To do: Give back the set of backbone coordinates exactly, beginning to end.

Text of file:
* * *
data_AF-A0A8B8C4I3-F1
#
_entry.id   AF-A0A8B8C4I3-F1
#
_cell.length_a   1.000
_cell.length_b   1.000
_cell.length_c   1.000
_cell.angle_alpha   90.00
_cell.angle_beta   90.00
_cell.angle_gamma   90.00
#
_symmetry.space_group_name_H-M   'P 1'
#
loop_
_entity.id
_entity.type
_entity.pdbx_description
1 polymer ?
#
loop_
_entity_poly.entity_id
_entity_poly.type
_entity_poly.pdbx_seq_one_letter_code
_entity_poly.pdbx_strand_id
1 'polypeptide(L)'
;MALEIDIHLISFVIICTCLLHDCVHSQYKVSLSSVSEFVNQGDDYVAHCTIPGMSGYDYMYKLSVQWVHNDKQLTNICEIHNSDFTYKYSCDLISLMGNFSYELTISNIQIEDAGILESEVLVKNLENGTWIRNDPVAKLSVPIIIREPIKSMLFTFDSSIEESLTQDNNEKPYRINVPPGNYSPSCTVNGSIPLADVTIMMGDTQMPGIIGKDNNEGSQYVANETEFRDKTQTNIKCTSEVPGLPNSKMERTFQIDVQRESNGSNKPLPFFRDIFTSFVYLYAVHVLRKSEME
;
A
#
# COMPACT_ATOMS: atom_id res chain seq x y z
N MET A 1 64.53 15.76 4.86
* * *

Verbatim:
data_AF-A0A8B8C4I3-F1
#
_entry.id   AF-A0A8B8C4I3-F1
#
_cell.length_a   1.000
_cell.length_b   1.000
_cell.length_c   1.000
_cell.angle_alpha   90.00
_cell.angle_beta   90.00
_cell.angle_gamma   90.00
#
_symmetry.space_group_name_H-M   'P 1'
#
loop_
_entity.id
_entity.type
_entity.pdbx_description
1 polymer ?
#
loop_
_entity_poly.entity_id
_entity_poly.type
_entity_poly.pdbx_seq_one_letter_code
_entity_poly.pdbx_strand_id
1 'polypeptide(L)'
;MALEIDIHLISFVIICTCLLHDCVHSQYKVSLSSVSEFVNQGDDYVAHCTIPGMSGYDYMYKLSVQWVHNDKQLTNICEIHNSDFTYKYSCDLISLMGNFSYELTISNIQIEDAGILESEVLVKNLENGTWIRNDPVAKLSVPIIIREPIKSMLFTFDSSIEESLTQDNNEKPYRINVPPGNYSPSCTVNGSIPLADVTIMMGDTQMPGIIGKDNNEGSQYVANETEFRDKTQTNIKCTSEVPGLPNSKMERTFQIDVQRESNGSNKPLPFFRDIFTSFVYLYAVHVLRKSEME
;
A
#
# COMPACT_ATOMS: atom_id res chain seq x y z
N MET A 1 64.53 15.76 4.86